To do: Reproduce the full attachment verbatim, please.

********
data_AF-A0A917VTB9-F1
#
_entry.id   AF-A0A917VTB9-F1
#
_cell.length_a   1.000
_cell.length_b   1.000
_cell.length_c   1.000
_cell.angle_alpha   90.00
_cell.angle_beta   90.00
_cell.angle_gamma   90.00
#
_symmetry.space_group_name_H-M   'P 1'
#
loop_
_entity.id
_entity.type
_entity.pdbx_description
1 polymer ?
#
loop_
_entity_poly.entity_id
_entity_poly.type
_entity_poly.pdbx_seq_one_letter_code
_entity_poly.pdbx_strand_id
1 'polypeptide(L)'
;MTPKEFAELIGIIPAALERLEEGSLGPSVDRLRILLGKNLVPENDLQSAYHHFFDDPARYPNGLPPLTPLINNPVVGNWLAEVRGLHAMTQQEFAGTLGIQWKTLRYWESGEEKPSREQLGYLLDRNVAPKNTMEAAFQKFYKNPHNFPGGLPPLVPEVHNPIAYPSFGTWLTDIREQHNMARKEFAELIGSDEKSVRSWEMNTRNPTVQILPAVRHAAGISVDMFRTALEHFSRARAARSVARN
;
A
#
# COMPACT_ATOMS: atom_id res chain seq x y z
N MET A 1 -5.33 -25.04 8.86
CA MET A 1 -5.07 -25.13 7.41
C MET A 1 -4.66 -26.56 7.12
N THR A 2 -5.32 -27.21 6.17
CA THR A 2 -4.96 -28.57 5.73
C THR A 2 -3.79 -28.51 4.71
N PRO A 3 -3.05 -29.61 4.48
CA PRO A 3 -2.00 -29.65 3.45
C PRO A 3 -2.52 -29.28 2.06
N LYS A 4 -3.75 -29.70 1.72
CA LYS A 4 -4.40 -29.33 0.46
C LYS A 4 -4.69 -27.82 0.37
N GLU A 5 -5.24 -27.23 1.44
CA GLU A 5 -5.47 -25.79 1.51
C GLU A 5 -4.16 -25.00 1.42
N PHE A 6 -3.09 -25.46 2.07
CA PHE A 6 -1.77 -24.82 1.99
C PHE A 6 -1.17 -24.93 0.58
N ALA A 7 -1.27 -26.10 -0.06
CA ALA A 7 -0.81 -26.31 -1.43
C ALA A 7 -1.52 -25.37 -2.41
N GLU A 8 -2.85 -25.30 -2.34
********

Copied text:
data_AF-A0A917VTB9-F1
#
_entry.id   AF-A0A917VTB9-F1
#
_cell.length_a   1.000
_cell.length_b   1.000
_cell.length_c   1.000
_cell.angle_alpha   90.00
_cell.angle_beta   90.00
_cell.angle_gamma   90.00
#
_symmetry.space_group_name_H-M   'P 1'
#
loop_
_entity.id
_entity.type
_entity.pdbx_description
1 polymer ?
#
loop_
_entity_poly.entity_id
_entity_poly.type
_entity_poly.pdbx_seq_one_letter_code
_entity_poly.pdbx_strand_id
1 'polypeptide(L)'
;MTPKEFAELIGIIPAALERLEEGSLGPSVDRLRILLGKNLVPENDLQSAYHHFFDDPARYPNGLPPLTPLINNPVVGNWLAEVRGLHAMTQQEFAGTLGIQWKTLRYWESGEEKPSREQLGYLLDRNVAPKNTMEAAFQKFYKNPHNFPGGLPPLVPEVHNPIAYPSFGTWLTDIREQHNMARKEFAELIGSDEKSVRSWEMNTRNPTVQILPAVRHAAGISVDMFRTALEHFSRARAARSVARN
;
A
#
# COMPACT_ATOMS: atom_id res chain seq x y z
N MET A 1 -5.33 -25.04 8.86
CA MET A 1 -5.07 -25.13 7.41
C MET A 1 -4.66 -26.56 7.12
N THR A 2 -5.32 -27.21 6.17
CA THR A 2 -4.96 -28.57 5.73
C THR A 2 -3.79 -28.51 4.71
N PRO A 3 -3.05 -29.61 4.48
CA PRO A 3 -2.00 -29.65 3.45
C PRO A 3 -2.52 -29.28 2.06
N LYS A 4 -3.75 -29.70 1.72
CA LYS A 4 -4.40 -29.33 0.46
C LYS A 4 -4.69 -27.82 0.37
N GLU A 5 -5.24 -27.23 1.44
CA GLU A 5 -5.47 -25.79 1.51
C GLU A 5 -4.16 -25.00 1.42
N PHE A 6 -3.09 -25.46 2.07
CA PHE A 6 -1.77 -24.82 1.99
C PHE A 6 -1.17 -24.93 0.58
N ALA A 7 -1.27 -26.10 -0.06
CA ALA A 7 -0.81 -26.31 -1.43
C ALA A 7 -1.52 -25.37 -2.41
N GLU A 8 -2.85 -25.30 -2.34